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These Are The Highest-Paying Federal Government Jobs

Show me the money. When it comes to the work world, it’s a common refrain. After all, if you’re going to spend a sizeable chunk of your valuable time working, you want to make sure your efforts count. You expect to be well rewarded, whether you’re giving a job your utmost attention eight hours a day or working long after the sun goes down or giving up some of your precious weekend time to complete work-related tasks.

You might be surprised to learn that being employed by the U.S. government can offer some of the must rewarding, reliable, and, yes, lucrative work in the job market. According to, the following jobs are the top 10 best-paying jobs in the federal government.

Program Manager

Average annual pay: $141,595 | Bachelor’s degree and project management experience in a related field preferred

Program managers work in departments all across the government, including the Department of Energy, U.S. Customs and Border Protection, and the IRS, which employees the most program managers. The best-paid program managers work for the Environmental Protection Agency, raking in an average of $170,680 annually.

Photo: Wikimedia Commons/repmobrooks

Astronomy And Space Scientist

Average annual pay: $141,981 | Bachelor’s degrees in physics, engineering, math, or related sciences
Government astronomers and space scientists work in the areas of space research, which includes supporting space missions and developing new planetary maps. They’re often hired by NASA, the National Science Foundation, and NOAA (National Oceanic and Atmospheric Administration). NASA astronomers earn the most with an average annual salary of $162,000.

Photo: Wikimedia Commons/Ulflarsen

Chief Engineer

Average annual pay: $150,803 | Bachelor’s degree in marine engineering, electrical engineering, mechanical engineering

Working primarily for NOAA, chief engineers oversee electronic systems, supplies, maintenance, and personnel aboard the agency’s research and survey ships. NOAA ships play a vital role in oceanic research, international studies, and, at times, diplomacy.

Photo: Wikimedia Commons/ Matthew Bisanz

General Mathematician/Statistician

Average annual pay: $153,214 | Bachelor’s degree required

The numbers don’t lie: Mathematicians and statisticians are in high demand for government positions in agencies ranging from the Food Safety and Inspection Service to the FBI. These math experts help to identify trends and conduct Census data analysis. Many FBI experts, who must undergo specialized training at the bureau’s academy in Quantico, Virginia, work as special agents around the globe.

Photo: Wikimedia Commons/Cp9asngf

Technical Systems Program Manager

Average annual pay: $153,430 | One year of specialized experience required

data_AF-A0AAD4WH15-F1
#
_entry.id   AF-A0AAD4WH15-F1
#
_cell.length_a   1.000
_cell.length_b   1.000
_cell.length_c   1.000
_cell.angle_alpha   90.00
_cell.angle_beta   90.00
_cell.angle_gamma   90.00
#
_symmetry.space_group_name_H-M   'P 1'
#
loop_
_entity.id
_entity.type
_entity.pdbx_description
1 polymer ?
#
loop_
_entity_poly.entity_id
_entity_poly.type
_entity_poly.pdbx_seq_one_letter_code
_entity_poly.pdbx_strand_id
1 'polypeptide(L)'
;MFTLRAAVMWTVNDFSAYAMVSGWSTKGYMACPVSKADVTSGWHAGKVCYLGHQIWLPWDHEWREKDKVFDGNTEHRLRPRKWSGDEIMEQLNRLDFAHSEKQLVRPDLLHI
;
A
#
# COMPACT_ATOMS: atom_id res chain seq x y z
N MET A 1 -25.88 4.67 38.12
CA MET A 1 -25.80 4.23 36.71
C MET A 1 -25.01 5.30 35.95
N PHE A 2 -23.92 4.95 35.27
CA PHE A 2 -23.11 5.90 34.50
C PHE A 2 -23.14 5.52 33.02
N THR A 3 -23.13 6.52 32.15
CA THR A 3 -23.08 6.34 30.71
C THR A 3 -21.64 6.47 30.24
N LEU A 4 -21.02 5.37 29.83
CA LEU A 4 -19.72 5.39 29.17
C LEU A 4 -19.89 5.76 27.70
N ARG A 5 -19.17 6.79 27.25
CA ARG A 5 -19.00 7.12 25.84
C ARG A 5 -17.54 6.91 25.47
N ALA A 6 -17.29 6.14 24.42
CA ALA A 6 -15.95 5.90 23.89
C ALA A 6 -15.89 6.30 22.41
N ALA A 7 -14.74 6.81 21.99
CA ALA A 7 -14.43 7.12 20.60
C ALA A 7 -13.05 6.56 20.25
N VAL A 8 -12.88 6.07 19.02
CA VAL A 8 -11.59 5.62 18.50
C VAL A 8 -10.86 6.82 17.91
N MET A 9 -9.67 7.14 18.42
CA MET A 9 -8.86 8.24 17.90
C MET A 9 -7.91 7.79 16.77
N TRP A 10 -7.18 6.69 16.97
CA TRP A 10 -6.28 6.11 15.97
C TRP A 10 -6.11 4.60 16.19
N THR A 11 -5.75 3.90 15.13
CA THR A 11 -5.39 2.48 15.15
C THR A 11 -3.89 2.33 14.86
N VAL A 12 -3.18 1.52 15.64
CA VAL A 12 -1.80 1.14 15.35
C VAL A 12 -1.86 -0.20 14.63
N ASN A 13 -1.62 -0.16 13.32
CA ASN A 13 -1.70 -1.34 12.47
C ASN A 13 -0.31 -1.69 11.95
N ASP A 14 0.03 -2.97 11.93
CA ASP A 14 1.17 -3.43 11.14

These program managers oversee aviation safety programs for the Federal Aviation Administration (FAA) and ensure that safety standards are met at airports throughout the United States. Responsibilities include overseeing and coordinating a large scope of work provided by environmental specialists, civil engineers, financial specialists, and others, all of whom plan and implement airport safety features and technical systems.

Photo: Wikimedia Commons/Tony Hisgett

Patent Administrator

Average annual pay: $161,308 | Bachelor’s degree and knowledge of engineering or related subjects preferred


As a patent administrator, you would be responsible for overseeing the complex paperwork that defines the patent application process. Paten administrators also conduct legal research and ensure that current patent laws are followed. In 2017, the highest-paid federal patent administrator in the U.S. earned over $187,000.

Photo: Creative Commons/Skunkhaus

Administrative Law Judge

Average annual pay: $163,113 | Must be licensed attorney with at least seven years’ experience practicing law

These judges handle legal claims that target government programs, including Medicaid, Medicare, and the Social Security Administration. Their work often involves crossover into several agencies, from the Occupational Safety and Health Review Commission to the Office of Medicare Hearings and Appeals.

Nurse Anesthetist

Average annual pay: $167,818 | CRNA with a master’s degree focusing on anesthesia; national certification exam

Certified registered nurse anesthetists (CRNAs) are among the highest-paid nurses in the medical field. Required medical knowledge includes the signs and causes of diseases and injuries, understanding laboratory results, interpreting EKG, determining ventilator settings, and much more. The highest-earning CRNAs work for the Veteran’s Health Administration.

Photo: Wikimedia Commons/Jane Kim

Patent Attorney

Average annual pay: $170,079 | Law degree and several years’ experience as a patent attorney apprentice required

As a lawyer with the U.S. Patent and Trademark Office, you would help to develop public policies, weigh in on trade agreements, and develop proposals to change patent laws. Patent information is often technical and complex; working as a patent attorney apprentice allows for essential hands-on training. In 2017, the highest-paid federal patent attorney earned $190,000.

Photo: Creative Commons/ AgnosticPreachersKid

Securities Compliance Examiner

Average annual pay: $181,013 | Bachelor’s degree in finance or accounting; certified public accountant


Uncovering financial scams for the Securities and Exchange Commission is financially rewarding: The U.S. government’s highest-paid examiner earned around $250,00 in 2017. Examiners conduct audits on companies or individuals in several industries, including banking, trading, and investment, but their work can also lead them to fraud in entertainment, electronics, and food industries.